On Saturday morning at Cedar Flat off Highway 168, 13 miles east of Highway 395, as many as 300 people walked through the famous radio astronomy observatory known as CARMA for the annual Open House. The weather was perfect. Locals and visitors, mostly ages over 60 and under 12, listened to the complex explanations of what happens there and then walked among the other-worldly-like telescopes.
CARMA stands for Combined Array for Research in Millimeter-wave Astronomy. It’s the world’s most powerful observatory of its kind. It is jointly operated by Caltech, the University of California at Berkeley, the University of Illinois, the University of Maryland and the University of Chicago. Funding comes from the universities and from the National Science Foundation.
Staff scientists explained how CARMA’s high-resolution telescopes can peer into nearby and distant galaxies. According to staff, this allows scientists to study cold molecular gas which is the fuel of star formation and food for massive black holes and to determine how solar systems like ours form.
The staff toured visitors through the highly sophisticated banks of computers that receive transmissions from the telescopes, clean them up and analyze them. The radio telescopes receive information from clusters of galaxies that allow for study of what is called Dark Energy. Scientists say this energy governs the expansion of our Universe. The energy and matter scientists view from the array are millions or billions of light years away.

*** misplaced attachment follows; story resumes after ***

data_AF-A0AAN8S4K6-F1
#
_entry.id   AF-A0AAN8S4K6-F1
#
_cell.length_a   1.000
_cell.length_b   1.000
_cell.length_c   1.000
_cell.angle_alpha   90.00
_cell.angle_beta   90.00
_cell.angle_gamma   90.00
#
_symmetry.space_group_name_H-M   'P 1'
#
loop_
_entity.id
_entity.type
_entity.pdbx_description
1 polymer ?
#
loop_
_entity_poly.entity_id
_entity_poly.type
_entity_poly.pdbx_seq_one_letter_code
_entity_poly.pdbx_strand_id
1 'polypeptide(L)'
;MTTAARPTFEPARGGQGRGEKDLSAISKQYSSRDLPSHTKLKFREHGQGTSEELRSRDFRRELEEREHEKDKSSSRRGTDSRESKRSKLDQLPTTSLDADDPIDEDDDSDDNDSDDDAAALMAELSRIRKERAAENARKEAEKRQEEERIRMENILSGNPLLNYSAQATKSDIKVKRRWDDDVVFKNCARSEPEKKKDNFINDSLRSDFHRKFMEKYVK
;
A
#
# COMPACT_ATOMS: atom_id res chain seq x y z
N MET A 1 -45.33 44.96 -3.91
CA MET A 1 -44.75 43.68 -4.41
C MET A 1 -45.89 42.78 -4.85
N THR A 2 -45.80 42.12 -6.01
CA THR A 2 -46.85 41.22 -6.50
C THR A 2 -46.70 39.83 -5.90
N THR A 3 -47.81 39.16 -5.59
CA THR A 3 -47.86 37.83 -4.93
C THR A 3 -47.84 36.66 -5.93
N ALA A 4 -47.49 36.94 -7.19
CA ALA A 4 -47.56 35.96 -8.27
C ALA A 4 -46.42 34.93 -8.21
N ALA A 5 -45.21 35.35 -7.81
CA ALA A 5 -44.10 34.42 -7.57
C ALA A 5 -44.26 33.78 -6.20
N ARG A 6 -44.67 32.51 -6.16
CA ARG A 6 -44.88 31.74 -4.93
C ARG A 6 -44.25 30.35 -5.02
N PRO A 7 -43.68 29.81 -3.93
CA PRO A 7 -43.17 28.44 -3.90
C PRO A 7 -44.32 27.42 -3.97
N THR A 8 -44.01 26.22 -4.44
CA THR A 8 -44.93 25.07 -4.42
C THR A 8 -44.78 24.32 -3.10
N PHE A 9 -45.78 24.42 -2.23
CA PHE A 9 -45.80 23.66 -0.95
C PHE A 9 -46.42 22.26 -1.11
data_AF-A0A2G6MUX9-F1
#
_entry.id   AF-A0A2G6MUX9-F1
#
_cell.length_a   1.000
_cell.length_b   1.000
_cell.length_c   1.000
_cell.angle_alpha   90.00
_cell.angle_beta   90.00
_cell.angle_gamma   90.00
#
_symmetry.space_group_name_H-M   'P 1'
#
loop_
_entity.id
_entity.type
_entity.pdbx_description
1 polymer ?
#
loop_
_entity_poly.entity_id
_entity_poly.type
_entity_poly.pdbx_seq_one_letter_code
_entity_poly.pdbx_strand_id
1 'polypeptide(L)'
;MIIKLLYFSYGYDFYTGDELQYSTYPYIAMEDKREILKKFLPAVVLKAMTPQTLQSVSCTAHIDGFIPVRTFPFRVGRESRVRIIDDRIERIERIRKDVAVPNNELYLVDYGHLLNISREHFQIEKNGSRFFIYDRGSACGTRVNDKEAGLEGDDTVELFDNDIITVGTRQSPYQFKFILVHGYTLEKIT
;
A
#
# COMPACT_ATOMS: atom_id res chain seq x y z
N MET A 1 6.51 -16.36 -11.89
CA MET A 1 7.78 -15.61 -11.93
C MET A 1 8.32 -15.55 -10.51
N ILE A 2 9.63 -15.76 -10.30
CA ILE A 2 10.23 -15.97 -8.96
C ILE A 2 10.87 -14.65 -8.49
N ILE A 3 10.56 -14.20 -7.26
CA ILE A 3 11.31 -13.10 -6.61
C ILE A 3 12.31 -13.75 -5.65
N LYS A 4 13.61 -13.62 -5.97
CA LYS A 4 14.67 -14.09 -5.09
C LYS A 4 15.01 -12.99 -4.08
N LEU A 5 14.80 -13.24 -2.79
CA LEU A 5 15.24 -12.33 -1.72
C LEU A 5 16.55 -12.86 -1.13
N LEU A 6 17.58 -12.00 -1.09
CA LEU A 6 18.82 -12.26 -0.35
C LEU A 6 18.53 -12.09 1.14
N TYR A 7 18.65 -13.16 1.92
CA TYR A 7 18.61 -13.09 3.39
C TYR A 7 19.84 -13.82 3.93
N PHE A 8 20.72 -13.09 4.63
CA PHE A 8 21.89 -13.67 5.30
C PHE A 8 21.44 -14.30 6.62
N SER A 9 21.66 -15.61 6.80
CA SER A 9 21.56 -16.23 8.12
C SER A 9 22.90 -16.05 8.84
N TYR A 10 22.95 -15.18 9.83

Closer to home, the Open House wrapped up with free refreshments, including hot dogs and chips. The warm hospitality of the scientists and other staff left most visitors smiling.
For more on CARMA and the Owens Valley Radio Observatory, including tours, check out their website – www.ovro.caltech.edu.
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